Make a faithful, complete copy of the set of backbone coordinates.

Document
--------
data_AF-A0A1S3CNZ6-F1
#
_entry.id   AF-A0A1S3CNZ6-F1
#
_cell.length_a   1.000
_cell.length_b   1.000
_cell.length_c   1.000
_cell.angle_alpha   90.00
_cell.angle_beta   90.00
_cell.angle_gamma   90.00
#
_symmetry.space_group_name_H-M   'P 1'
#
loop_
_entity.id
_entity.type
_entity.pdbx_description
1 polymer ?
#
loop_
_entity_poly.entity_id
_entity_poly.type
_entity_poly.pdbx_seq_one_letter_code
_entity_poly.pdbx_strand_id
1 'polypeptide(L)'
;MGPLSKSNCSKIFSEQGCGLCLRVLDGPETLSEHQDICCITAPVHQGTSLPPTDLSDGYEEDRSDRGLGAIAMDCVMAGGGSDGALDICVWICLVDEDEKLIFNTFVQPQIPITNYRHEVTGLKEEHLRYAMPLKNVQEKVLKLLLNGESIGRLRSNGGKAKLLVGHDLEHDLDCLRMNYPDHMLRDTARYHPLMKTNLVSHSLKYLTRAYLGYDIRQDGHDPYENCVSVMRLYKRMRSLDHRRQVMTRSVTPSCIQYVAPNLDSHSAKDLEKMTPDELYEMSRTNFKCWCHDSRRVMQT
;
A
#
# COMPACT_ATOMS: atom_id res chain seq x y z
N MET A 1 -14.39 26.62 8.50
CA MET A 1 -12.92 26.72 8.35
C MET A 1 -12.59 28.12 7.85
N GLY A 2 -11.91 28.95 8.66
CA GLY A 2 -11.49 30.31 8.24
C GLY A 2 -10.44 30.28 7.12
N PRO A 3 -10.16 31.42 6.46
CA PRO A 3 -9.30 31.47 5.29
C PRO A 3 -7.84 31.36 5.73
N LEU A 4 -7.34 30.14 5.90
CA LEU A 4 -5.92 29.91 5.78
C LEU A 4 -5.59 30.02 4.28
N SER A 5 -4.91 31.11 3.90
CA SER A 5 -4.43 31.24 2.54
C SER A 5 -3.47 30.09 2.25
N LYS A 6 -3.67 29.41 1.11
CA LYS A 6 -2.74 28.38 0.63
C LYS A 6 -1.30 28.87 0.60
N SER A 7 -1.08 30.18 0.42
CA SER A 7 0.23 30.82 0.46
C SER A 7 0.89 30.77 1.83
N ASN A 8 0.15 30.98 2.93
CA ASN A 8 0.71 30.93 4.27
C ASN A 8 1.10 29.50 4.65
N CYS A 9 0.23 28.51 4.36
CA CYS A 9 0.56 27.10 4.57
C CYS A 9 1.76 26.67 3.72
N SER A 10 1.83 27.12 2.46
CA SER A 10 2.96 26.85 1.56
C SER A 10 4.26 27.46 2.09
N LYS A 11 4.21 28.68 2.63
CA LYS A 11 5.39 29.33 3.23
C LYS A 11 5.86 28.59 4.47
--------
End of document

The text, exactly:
data_AF-A0A1S3CNZ6-F1
#
_entry.id   AF-A0A1S3CNZ6-F1
#
_cell.length_a   1.000
_cell.length_b   1.000
_cell.length_c   1.000
_cell.angle_alpha   90.00
_cell.angle_beta   90.00
_cell.angle_gamma   90.00
#
_symmetry.space_group_name_H-M   'P 1'
#
loop_
_entity.id
_entity.type
_entity.pdbx_description
1 polymer ?
#
loop_
_entity_poly.entity_id
_entity_poly.type
_entity_poly.pdbx_seq_one_letter_code
_entity_poly.pdbx_strand_id
1 'polypeptide(L)'
;MGPLSKSNCSKIFSEQGCGLCLRVLDGPETLSEHQDICCITAPVHQGTSLPPTDLSDGYEEDRSDRGLGAIAMDCVMAGGGSDGALDICVWICLVDEDEKLIFNTFVQPQIPITNYRHEVTGLKEEHLRYAMPLKNVQEKVLKLLLNGESIGRLRSNGGKAKLLVGHDLEHDLDCLRMNYPDHMLRDTARYHPLMKTNLVSHSLKYLTRAYLGYDIRQDGHDPYENCVSVMRLYKRMRSLDHRRQVMTRSVTPSCIQYVAPNLDSHSAKDLEKMTPDELYEMSRTNFKCWCHDSRRVMQT
;
A
#
# COMPACT_ATOMS: atom_id res chain seq x y z
N MET A 1 -14.39 26.62 8.50
CA MET A 1 -12.92 26.72 8.35
C MET A 1 -12.59 28.12 7.85
N GLY A 2 -11.91 28.95 8.66
CA GLY A 2 -11.49 30.31 8.24
C GLY A 2 -10.44 30.28 7.12
N PRO A 3 -10.16 31.42 6.46
CA PRO A 3 -9.30 31.47 5.29
C PRO A 3 -7.84 31.36 5.73
N LEU A 4 -7.34 30.14 5.90
CA LEU A 4 -5.92 29.91 5.78
C LEU A 4 -5.59 30.02 4.28
N SER A 5 -4.91 31.11 3.90
CA SER A 5 -4.43 31.24 2.54
C SER A 5 -3.47 30.09 2.25
N LYS A 6 -3.67 29.41 1.11
CA LYS A 6 -2.74 28.38 0.63
C LYS A 6 -1.30 28.87 0.60
N SER A 7 -1.08 30.18 0.42
CA SER A 7 0.23 30.82 0.46
C SER A 7 0.89 30.77 1.83
N ASN A 8 0.15 30.98 2.93
CA ASN A 8 0.71 30.93 4.27
C ASN A 8 1.10 29.50 4.65
N CYS A 9 0.23 28.51 4.36
CA CYS A 9 0.56 27.10 4.57
C CYS A 9 1.76 26.67 3.72
N SER A 10 1.83 27.12 2.46
CA SER A 10 2.96 26.85 1.56
C SER A 10 4.26 27.46 2.09
N LYS A 11 4.21 28.68 2.63
CA LYS A 11 5.39 29.33 3.23
C LYS A 11 5.86 28.59 4.47